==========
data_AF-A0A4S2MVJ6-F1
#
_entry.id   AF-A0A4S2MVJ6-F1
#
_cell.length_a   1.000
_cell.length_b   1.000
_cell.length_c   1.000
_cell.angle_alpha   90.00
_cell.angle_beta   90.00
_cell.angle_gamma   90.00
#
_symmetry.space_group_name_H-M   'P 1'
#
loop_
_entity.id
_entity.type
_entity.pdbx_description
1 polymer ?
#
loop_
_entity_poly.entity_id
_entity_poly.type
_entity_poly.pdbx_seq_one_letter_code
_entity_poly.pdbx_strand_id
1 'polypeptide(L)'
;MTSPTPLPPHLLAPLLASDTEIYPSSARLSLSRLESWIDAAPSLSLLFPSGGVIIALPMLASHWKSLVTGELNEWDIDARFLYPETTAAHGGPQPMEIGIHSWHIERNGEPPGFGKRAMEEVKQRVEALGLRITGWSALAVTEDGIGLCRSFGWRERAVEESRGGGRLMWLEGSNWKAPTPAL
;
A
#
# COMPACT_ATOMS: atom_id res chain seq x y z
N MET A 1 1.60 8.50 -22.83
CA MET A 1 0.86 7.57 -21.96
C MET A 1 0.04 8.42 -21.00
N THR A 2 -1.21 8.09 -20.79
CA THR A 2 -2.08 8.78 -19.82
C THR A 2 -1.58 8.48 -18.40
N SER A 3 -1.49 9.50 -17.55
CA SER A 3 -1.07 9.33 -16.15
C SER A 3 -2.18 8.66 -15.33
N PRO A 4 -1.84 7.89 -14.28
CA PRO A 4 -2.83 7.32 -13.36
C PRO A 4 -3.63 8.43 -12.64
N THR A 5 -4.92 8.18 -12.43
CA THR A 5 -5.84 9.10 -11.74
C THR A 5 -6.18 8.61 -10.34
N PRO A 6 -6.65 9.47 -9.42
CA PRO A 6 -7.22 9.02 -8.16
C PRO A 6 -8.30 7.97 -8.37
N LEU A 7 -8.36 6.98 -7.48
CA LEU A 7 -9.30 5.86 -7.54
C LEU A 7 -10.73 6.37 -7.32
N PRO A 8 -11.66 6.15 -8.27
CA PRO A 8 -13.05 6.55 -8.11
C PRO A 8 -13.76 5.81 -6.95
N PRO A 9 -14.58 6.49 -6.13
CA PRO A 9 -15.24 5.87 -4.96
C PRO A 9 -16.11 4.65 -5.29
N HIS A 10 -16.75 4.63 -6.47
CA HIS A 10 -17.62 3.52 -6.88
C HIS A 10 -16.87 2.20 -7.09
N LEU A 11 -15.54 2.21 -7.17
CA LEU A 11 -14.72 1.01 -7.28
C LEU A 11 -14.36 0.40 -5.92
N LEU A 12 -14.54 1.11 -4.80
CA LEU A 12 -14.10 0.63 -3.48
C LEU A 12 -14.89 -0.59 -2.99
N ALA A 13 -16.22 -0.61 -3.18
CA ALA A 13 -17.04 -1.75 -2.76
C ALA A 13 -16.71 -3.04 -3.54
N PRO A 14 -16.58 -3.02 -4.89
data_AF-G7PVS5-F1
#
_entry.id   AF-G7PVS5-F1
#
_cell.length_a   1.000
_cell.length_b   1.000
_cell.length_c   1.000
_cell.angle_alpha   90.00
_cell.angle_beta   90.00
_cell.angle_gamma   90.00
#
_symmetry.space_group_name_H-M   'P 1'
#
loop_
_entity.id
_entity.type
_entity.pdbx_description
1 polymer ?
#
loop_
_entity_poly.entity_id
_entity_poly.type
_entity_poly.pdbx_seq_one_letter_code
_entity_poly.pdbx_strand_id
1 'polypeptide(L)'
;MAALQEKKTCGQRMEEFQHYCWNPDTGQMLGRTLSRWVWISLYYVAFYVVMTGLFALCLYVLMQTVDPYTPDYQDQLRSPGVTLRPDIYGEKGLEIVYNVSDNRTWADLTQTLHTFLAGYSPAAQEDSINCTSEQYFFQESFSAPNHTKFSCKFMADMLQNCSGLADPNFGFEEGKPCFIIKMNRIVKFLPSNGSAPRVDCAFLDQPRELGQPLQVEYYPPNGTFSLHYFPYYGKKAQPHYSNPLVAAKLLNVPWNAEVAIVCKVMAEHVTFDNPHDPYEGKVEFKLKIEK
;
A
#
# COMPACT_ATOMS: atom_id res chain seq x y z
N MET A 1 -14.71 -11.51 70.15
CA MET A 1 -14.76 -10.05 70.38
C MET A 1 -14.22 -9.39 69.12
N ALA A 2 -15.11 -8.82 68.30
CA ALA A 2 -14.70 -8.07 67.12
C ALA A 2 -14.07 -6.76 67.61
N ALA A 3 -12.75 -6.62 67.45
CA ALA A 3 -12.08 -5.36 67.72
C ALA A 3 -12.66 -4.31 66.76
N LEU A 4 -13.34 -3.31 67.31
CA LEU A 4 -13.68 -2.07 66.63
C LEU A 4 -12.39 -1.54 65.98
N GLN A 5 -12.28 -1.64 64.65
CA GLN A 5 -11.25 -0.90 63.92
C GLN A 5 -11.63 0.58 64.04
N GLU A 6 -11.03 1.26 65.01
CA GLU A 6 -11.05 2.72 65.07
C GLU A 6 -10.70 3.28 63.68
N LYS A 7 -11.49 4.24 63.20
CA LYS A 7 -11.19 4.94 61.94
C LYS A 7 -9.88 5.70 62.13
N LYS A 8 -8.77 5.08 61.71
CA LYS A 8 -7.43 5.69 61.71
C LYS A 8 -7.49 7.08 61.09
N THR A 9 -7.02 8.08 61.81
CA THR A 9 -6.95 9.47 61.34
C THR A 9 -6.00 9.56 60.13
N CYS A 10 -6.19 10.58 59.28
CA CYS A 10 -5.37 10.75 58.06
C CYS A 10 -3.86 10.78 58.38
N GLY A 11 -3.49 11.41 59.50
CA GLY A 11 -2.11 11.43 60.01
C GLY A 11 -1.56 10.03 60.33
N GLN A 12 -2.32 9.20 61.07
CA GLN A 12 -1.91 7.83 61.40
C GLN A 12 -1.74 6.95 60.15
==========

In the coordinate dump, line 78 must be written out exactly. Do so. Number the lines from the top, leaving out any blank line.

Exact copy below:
_cell.angle_alpha   90.00